State of Utah and Off-Roading Activists File Appeals Against BLM’s Travel Plan
BLM’s Plan to Close 300 Miles of Trails Faces Strong Opposition
The state of Utah and a group of off-roading activists have both filed separate appeals challenging a recent Bureau of Land Management (BLM) travel plan that would close over 300 miles of dirt trails and roads to motorized use near Moab. The plan, known as the Labyrinth Canyon and Gemini Bridges travel management plan, was announced in September and has been met with strong opposition.
The state of Utah filed a notice of appeal on October 27th, accusing the BLM of federal overreach. Utah Governor Spencer Cox stated, “The BLM’s plan to close trails in this treasured region is completely unacceptable. These are historic routes that have been used by the public for generations, and we won’t tolerate this kind of blatant federal overreach.” The BlueRibbon Coalition and the Colorado Offroad Trail Defenders, two off-roading advocacy groups, also filed an appeal on Monday.
BLM’s Decision Receives Mixed Reactions
Environmental groups and the Grand County Commission celebrated the BLM’s decision, viewing it as an important step towards managing Utah’s public lands and reducing the impacts of off-road vehicle routes. However, off-roading advocacy groups like the BlueRibbon Coalition criticized the decision for limiting camping access and disregarding the opinions of users who opposed the plan.
Legal Basis of the Appeals
Both appeals argue that the BLM’s decision violates various statutes, including the R.S. 2477 statute, which grants counties and states a right-of-way across federal lands. The appeals also claim violations of the National Environmental Policy Act (NEPA) and the Dingell Act, a combination of public lands bills and designations. Additionally, the appeals argue that the decision violates the Appointments Clause of the U.S. Constitution.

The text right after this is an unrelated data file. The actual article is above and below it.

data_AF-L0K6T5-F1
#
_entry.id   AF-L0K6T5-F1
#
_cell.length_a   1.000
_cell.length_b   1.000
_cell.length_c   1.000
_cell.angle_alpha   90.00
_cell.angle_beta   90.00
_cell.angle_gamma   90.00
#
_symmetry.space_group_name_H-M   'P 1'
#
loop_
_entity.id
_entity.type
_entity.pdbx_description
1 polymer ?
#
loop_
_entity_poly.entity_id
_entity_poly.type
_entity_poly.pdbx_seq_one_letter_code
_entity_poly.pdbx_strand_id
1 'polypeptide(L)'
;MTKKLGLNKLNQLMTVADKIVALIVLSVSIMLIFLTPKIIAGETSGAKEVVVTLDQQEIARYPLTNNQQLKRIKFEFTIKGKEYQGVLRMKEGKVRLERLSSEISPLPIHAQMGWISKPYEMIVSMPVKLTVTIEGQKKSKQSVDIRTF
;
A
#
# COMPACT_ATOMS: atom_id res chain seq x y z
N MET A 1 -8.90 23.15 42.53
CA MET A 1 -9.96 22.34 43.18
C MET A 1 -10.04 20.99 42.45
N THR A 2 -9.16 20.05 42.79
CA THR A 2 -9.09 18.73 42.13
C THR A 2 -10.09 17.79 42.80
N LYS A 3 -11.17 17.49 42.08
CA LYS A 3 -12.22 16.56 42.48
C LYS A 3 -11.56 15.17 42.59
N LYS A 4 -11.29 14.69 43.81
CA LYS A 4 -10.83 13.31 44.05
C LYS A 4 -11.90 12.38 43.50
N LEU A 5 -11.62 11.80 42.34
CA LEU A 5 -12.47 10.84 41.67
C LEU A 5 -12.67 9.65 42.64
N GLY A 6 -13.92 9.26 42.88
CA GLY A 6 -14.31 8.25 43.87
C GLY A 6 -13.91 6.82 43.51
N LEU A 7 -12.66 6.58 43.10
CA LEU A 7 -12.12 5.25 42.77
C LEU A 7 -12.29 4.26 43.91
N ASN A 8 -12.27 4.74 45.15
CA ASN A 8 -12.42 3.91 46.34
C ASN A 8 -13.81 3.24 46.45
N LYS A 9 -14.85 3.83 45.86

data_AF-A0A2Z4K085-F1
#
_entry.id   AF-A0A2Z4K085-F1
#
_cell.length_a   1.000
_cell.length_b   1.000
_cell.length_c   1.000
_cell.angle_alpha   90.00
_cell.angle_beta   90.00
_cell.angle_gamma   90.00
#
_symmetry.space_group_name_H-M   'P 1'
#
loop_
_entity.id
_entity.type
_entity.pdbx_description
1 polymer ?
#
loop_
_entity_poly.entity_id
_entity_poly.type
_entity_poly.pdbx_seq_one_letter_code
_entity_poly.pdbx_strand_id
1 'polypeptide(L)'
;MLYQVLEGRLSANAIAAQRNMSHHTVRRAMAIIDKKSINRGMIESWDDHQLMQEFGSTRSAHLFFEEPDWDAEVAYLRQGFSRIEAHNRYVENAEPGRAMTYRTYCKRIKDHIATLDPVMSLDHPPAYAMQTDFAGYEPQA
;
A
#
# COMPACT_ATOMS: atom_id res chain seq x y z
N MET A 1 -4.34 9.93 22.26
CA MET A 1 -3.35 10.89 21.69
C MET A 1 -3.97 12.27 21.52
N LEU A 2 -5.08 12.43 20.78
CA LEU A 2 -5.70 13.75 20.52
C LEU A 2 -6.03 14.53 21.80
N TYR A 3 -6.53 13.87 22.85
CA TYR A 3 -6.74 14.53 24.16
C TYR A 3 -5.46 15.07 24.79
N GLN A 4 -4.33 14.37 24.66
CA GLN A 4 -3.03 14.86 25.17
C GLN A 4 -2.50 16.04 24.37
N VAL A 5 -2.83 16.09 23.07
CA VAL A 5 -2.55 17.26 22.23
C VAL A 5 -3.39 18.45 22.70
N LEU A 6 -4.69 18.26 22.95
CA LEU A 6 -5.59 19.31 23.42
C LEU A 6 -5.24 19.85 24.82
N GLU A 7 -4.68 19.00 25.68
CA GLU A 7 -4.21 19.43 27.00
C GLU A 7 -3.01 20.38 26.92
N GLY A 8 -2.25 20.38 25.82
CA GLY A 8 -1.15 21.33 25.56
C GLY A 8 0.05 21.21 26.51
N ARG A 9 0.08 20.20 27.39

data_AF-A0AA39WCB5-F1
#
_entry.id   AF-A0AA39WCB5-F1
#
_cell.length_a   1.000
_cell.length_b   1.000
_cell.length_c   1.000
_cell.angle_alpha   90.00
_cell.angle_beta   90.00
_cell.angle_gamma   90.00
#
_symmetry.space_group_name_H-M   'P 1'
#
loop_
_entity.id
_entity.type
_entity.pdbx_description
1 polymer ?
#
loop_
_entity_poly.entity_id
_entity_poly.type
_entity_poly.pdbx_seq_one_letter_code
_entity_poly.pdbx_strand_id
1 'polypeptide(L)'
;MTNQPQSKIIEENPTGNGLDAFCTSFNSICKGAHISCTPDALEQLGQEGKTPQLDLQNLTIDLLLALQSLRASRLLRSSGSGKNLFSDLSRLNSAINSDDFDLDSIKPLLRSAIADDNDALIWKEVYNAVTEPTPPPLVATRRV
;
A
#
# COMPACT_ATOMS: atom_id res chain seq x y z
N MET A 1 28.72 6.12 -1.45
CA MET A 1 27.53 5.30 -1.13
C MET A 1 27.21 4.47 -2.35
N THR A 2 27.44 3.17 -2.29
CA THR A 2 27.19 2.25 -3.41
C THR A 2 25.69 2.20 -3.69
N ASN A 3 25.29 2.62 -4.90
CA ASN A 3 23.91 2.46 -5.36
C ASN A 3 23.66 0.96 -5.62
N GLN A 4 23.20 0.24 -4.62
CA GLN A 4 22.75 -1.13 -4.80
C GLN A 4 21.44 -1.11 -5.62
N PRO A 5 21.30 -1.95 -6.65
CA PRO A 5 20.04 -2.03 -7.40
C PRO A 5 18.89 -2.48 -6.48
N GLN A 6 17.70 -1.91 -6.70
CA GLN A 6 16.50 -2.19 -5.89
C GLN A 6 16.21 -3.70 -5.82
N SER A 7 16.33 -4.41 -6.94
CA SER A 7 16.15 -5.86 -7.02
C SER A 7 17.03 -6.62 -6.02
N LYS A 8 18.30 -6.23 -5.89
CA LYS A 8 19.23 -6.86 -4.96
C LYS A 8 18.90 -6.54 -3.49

Support and Opposition to the Appeals
Utah Republican Senator Mitt Romney voiced his support for Utah’s appeal, stating that the closure of over 300 miles of off-road trails near Moab would have extensive impact on the region’s economy. On the other hand, Laura Peterson, an attorney from the Southern Utah Wilderness Alliance (SUWA), expressed disappointment in the appeals and argued that some individuals prioritize off-road vehicle routes without considering the damage they cause to Utah’s public lands.
Next Steps and Future Plans
Both appeals have been filed with the Interior Board of Land Appeals, along with a motion to stay the route closures during the appeal process. The board has 45 days to respond. The BLM is currently revising 11 travel plans in Utah, and the Labyrinth Canyon and Gemini Bridges plan is the third of these revisions. The area near Moab has become a hot spot for off-roading and has seen an increase in motorized use, leading to the need for stricter management and conservation efforts.
The closure of 300 miles of off-road trails near Moab has sparked intense debate and legal challenges. While environmental groups and some government officials support the BLM’s decision, off-roading advocacy groups and the state of Utah argue that the closures infringe on public access to historic routes and violate various laws and constitutional rights. The appeal process will determine the fate of the closures, and the outcome will have significant implications for the future of off-roading and conservation in Utah.